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# Mixing Up Powerful Indicators in a Trading Strategy

### Can the RSI and the Fisher Transform Provide Good Signals?

The relative strength index (RSI) is a great contrarian indicator. Similarly, the Fisher transform also can hint at possible market inflections. What if we try to combine the two together to give us a timely signal of when a reaction should occur. This means that we will use the RSI and the Fisher transform as a fused indicator that gives out contrarian signals based on its values. The first two parts will introduce the RSI and the Fisher transform and the third part will present the strategy.

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### The Relative Strength Index

First introduced by J. Welles Wilder Jr., the RSI is one of the most popular and versatile technical indicators. Mainly used as a contrarian indicator where extreme values signal a reaction that can be exploited. Typically, we use the following steps to calculate the default RSI:

Calculate the change in the closing prices from the previous ones.

Separate the positive net changes from the negative net changes.

Calculate a smoothed moving average on the positive net changes and on the absolute values of the negative net changes.

Divide the smoothed positive changes by the smoothed negative changes. We will refer to this calculation as the Relative Strength — RS.

Apply the normalization formula shown below for every time step to get the RSI.

The above chart shows the hourly values of the GBPUSD in black with the 13-period RSI. We can generally note that the RSI tends to bounce close to 25 while it tends to pause around 75. To code the RSI in Python, we need an OHLC array composed of four columns that cover open, high, low, and close prices.

```
def add_column(data, times):
for i in range(1, times + 1):
new = np.zeros((len(data), 1), dtype = float)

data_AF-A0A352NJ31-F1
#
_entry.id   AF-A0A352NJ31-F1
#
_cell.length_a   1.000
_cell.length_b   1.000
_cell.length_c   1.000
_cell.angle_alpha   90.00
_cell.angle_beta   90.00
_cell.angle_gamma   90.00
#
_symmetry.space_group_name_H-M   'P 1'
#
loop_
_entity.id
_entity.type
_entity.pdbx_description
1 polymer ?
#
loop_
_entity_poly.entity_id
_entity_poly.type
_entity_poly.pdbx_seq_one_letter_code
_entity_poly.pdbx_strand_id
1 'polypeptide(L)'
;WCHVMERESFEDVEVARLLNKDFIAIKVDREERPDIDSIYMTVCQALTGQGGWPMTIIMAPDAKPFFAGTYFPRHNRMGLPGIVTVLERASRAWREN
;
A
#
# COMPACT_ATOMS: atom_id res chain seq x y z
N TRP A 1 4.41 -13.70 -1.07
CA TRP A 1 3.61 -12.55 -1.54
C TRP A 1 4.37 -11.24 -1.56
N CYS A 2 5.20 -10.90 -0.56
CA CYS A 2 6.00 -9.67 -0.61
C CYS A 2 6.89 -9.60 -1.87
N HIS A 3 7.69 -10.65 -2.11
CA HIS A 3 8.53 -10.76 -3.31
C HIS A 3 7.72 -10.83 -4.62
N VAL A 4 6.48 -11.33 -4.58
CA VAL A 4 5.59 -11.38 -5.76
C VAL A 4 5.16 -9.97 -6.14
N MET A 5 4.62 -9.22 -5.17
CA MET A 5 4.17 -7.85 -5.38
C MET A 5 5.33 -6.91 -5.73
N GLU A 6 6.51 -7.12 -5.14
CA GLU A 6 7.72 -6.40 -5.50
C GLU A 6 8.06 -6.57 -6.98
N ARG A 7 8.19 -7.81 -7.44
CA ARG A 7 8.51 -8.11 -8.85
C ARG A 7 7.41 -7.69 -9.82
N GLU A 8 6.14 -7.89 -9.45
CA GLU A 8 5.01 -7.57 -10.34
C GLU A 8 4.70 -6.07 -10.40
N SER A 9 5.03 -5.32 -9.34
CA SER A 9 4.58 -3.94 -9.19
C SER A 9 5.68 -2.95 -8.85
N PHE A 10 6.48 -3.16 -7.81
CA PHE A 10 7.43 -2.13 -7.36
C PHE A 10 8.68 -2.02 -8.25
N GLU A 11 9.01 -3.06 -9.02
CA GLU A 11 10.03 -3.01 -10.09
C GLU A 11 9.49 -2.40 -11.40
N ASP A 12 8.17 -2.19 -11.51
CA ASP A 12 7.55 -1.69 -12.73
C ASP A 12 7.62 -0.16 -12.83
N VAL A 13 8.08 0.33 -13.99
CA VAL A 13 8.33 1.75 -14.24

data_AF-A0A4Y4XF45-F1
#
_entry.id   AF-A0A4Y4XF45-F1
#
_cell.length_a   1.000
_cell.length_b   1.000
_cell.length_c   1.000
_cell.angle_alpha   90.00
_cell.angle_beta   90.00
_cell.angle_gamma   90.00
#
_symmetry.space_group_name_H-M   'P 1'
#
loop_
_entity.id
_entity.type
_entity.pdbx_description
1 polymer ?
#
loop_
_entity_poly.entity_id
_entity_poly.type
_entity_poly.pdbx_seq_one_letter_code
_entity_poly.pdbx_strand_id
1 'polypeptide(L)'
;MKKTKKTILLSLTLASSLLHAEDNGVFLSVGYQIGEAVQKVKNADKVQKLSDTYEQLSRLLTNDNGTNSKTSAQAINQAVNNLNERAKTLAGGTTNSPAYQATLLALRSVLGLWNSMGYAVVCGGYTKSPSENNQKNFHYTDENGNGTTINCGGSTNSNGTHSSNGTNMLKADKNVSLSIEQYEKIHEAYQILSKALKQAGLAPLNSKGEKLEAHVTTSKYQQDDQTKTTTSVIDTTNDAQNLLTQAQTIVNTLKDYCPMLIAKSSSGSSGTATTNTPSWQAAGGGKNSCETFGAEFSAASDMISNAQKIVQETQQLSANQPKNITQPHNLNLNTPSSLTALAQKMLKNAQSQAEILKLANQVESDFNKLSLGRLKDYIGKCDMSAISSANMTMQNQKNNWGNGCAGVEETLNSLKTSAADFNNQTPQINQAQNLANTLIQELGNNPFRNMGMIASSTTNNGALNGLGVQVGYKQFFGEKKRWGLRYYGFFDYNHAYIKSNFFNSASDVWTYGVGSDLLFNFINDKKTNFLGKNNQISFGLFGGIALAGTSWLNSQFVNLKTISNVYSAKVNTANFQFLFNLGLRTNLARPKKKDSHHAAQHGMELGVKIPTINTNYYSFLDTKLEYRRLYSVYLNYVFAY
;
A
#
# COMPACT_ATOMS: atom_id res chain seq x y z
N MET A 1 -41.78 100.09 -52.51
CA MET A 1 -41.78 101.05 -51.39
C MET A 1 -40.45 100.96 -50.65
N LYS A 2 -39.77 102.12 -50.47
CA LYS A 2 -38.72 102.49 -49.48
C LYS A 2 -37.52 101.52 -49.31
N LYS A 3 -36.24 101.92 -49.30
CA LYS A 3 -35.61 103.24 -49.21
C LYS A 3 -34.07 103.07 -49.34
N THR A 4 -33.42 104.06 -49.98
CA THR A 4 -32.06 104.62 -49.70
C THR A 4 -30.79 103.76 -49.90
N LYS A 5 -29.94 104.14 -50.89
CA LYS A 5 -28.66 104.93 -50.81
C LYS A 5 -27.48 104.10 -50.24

data = np.append(data, new, axis = 1)
```

`return data`

```
def delete_column(data, index, times):
for i in range(1, times + 1):
data = np.delete(data, index, axis = 1)
```

`return data`

```
def delete_row(data, number):
data = data[number:, ]
return data
```

```
def ma(data, lookback, close, position):
data = add_column(data, 1)
for i in range(len(data)):
try:
data[i, position] = (data[i - lookback + 1:i + 1, close].mean())
except IndexError:
pass
data = delete_row(data, lookback)
return data
```

```
def smoothed_ma(data, alpha, lookback, close, position):
lookback = (2 * lookback) - 1
alpha = alpha / (lookback + 1.0)
beta = 1 - alpha
data = ma(data, lookback, close, position)
```

`data[lookback + 1, position] = (data[lookback + 1, close] * alpha) + (data[lookback, position] * beta)`

```
for i in range(lookback + 2, len(data)):
try:
data[i, position] = (data[i, close] * alpha) + (data[i - 1, position] * beta)
except IndexError:
pass
return data
```

```
def rsi(data, lookback, close, position):
data = add_column(data, 5)
for i in range(len(data)):
data[i, position] = data[i, close] - data[i - 1, close]
for i in range(len(data)):
if data[i, position] > 0:
data[i, position + 1] = data[i, position]
elif data[i, position] < 0:
data[i, position + 2] = abs(data[i, position])
data = smoothed_ma(data, 2, lookback, position + 1, position + 3)
data = smoothed_ma(data, 2, lookback, position + 2, position + 4)
```

```
data[:, position + 5] = data[:, position + 3] / data[:, position + 4]
data[:, position + 6] = (100 - (100 / (1 + data[:, position + 5])))